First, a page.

Bizarrely, the one area in which Lady of the Shroud outperforms most of Stoker’s other work is in its humour. We are introduced to the book by Roger Melton, who writes the proceedings with a cynical streak a mile wide. Highlights include his snide comments about writers,
“Sir!” he roared out. I suppose, if I was a writer, which, thank God, I am not—I have no need to follow a menial occupation—I would call it “thundered.” “Thundered” is a longer word than “roared,” and would, of course, help to gain the penny which a writer gets for a line.”
And his offhand commentary on less well-to-do members of his family,
“Mr. St. Leger, who was only a subaltern, was killed at Maiwand; and his wife was left a beggar. Fortunately, however, she died...”
This is a side of Stoker that we see far less of in his other work, and it’s only unfortunate that the tone slides into something more boring as the novel progresses. Once the story moves beyond Roger Melton, that levity of tone falls away.
Indeed, the great sin of Lady of the Shroud is that it starts out so well and ends up being so ponderous. If you’re the kind of reader who absolutely must finish a book, then you’ll be in for a rough time, but if you can cash out when you find the 19th century attitudes too overbearing to continue with, then there’s a lot to enjoy.
Unlike Dracula, Stoker was not ageless and eternal, despite his claims that he was “physically immensely strong.” In his waning years, Stoker wrote what is perhaps his worst novel, a book so thoroughly dreadful that it’s almost worth reading just out of a sense of morbid curiosity.
Published fully 14 years after Stoker wrote Dracula, Lair of the White Worm boasts nothing of the lasting reputation of its predecessor. Indeed, it landed at number 12 on R.S. Hadji’s list of the 13 worst horror novels ever written. It seems oddly fitting that the list is largely composed of low-rent Dracula knock-offs, including Count Dracula’s Canadian Affair (of which little remains) and Dracutwig.
For the curious, Dracutwig’s cover describes it beautifully,
“Dracutwig played her dead look to the hilt. Even her pets fit into the picture, darling little black bats constantly hovering near her shoulder. Who would believe that one of those bats was Dracutwig's daddy? And that Daddy was none other than the legendary Count Dracula?”
Lair of the White Worm lacks the immediate bad-book-oomph of Dracutwig, but it’s a pretty rough read all the same. You might be forgiven for feeling that Lair of the White Worm’s greatest crime is simply that it fails to deliver anything quite like Dracula, but the reality is that the book is piled high with racist and sexist commentary.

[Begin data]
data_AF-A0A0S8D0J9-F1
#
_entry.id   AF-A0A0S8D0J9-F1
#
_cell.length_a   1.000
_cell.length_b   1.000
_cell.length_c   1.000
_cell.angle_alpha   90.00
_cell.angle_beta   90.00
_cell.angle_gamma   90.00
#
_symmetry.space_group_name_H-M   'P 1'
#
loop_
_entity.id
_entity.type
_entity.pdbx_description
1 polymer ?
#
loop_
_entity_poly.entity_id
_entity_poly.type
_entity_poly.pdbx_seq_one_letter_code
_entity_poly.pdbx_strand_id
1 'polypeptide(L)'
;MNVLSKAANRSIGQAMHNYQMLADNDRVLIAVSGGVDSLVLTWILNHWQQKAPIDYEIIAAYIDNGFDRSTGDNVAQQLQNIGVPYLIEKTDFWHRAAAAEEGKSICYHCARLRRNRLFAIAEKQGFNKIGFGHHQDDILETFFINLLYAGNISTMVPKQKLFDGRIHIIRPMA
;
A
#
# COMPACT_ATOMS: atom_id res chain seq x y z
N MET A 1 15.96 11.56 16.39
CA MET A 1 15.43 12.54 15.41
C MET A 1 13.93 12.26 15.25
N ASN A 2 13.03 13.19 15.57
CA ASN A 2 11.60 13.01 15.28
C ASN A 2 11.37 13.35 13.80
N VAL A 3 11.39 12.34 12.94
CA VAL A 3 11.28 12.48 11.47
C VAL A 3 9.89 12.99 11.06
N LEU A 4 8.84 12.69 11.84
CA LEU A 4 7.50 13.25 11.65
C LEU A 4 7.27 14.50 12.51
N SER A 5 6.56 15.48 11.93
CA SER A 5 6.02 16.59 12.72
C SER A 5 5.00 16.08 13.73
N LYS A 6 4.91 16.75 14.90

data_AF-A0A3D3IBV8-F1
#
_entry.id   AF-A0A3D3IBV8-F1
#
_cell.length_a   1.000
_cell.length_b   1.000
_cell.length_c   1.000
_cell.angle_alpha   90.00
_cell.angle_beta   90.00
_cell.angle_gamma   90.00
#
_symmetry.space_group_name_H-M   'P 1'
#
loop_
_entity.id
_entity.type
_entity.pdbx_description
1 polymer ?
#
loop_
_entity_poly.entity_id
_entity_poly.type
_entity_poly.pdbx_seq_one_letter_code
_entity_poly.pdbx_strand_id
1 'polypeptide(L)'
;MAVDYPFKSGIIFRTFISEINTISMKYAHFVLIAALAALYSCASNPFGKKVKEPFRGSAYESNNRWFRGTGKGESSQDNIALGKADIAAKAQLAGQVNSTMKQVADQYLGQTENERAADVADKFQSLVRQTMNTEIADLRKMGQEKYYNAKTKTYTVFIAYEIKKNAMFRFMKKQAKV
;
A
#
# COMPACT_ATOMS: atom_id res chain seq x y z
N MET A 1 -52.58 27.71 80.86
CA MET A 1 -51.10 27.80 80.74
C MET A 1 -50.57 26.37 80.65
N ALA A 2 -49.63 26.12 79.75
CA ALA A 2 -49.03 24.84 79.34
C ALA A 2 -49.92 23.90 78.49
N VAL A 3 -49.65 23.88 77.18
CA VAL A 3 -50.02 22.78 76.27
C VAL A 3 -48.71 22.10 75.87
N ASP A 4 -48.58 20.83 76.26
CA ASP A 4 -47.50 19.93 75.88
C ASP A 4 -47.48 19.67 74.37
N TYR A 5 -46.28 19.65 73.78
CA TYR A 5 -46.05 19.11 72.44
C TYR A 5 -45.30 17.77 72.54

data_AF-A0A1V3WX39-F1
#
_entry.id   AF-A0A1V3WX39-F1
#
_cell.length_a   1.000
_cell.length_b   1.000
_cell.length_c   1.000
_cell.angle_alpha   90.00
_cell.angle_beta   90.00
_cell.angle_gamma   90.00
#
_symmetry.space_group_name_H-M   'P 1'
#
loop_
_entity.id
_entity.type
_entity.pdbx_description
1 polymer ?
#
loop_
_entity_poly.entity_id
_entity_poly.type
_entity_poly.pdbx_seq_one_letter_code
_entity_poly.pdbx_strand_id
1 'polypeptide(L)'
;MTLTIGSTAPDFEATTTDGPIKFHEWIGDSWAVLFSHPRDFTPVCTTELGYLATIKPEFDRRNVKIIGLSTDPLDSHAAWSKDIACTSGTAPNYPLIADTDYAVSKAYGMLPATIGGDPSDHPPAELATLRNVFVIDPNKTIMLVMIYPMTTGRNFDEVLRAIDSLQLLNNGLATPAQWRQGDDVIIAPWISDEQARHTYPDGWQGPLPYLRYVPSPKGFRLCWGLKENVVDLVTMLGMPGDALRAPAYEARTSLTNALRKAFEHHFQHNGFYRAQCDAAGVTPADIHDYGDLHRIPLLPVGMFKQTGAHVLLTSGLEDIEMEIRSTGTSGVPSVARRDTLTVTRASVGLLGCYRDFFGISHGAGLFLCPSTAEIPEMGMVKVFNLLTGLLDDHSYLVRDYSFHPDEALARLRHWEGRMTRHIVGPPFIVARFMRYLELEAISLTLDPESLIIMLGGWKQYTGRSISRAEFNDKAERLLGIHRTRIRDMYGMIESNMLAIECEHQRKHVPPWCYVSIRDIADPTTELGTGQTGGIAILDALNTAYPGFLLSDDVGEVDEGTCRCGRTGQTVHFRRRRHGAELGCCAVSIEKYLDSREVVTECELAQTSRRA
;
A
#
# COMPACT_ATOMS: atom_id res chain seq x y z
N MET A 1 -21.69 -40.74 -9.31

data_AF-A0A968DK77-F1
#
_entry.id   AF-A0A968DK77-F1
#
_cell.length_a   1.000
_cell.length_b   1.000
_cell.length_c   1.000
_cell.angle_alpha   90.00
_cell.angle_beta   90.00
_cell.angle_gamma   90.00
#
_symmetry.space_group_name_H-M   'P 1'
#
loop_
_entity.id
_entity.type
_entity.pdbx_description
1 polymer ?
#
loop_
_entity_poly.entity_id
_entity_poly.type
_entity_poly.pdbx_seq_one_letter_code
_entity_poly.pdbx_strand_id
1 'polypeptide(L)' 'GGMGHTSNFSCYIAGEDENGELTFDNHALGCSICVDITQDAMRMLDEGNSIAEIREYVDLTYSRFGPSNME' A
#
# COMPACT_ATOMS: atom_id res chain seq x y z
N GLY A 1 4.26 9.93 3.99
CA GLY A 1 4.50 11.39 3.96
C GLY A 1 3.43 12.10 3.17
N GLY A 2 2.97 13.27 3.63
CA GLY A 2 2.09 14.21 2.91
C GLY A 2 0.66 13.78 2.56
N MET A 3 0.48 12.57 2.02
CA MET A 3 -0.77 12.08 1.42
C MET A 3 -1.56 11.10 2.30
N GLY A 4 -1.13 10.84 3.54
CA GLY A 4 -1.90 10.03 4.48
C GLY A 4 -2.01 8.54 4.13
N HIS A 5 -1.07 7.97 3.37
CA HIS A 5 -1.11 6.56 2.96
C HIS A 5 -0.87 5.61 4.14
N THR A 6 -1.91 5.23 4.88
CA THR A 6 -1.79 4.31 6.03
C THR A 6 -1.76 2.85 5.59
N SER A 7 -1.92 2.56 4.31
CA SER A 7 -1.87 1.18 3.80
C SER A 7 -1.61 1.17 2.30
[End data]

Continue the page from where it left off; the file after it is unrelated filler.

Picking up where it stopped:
Ordinarily, there might be some value in writing it off as a product of its time and trying to enjoy what positives the book has. The truth is that it casts the book in such a poor light that many modern readers will find it difficult to read without feeling disgusted by it.
“But the face of Oolanga [...] was unreformed, unsoftened savage, and inherent in it were all the hideous possibilities of a lost, devil-ridden child of the forest and the swamp—the lowest of all created things that could be regarded as in some form ostensibly human.”
Ultimately, Lair of the White Worm is worth reading almost as a reminder that great minds can sometimes produce something really dreadful. It’s oddly comforting to read a book that is, frankly, such a disaster and know that it came from the same mind as one of the great classics of horror fiction.
Its manifold issues aside, the novel feels somehow closer to Lovecraft than it is to anything else by Stoker. It’s an interesting direction to read Stoker writing in, but the book feels as though it never quite came together, and knowing that it was published in the year before Stoker died makes it feel like something of an unhappy punctuation mark at the end of an otherwise strong career.
If, on the other hand, you actually do just want more of what you already love, check out Dracula’s Guest, which is suspected of being the original first chapter of Dracula. There are echoes of Frankenstein folded in for good measure, rounding out what is a strange short story of Jonathan Harker on his way to Transylvania.
The other stories are a scattershot collection of horrors and psychological thrillers, but they’re strong overall. Given the staying power of Stoker’s ideas and his excellent use of atmosphere, it’s perhaps unsurprising that some of his best work outside Dracula is bound together as a collection of short stories.
What is perhaps most interesting about Dracula’s Guest is that the emphasis on short-form storytelling gives us an opportunity to reconsider Dracula as a text. Obviously Dracula functions very well as a novel, but it also presents its story to the reader over the course of a series of eventful vignettes, moving from one locale to another at a swift pace, effectively functioning as a series of short stories itself.
It’s a little sad to admit it, given how totally Dracula has eclipsed the rest of his novels, but Dracula’s Guest is perhaps Stoker’s second best collection of short stories, behind Dracula.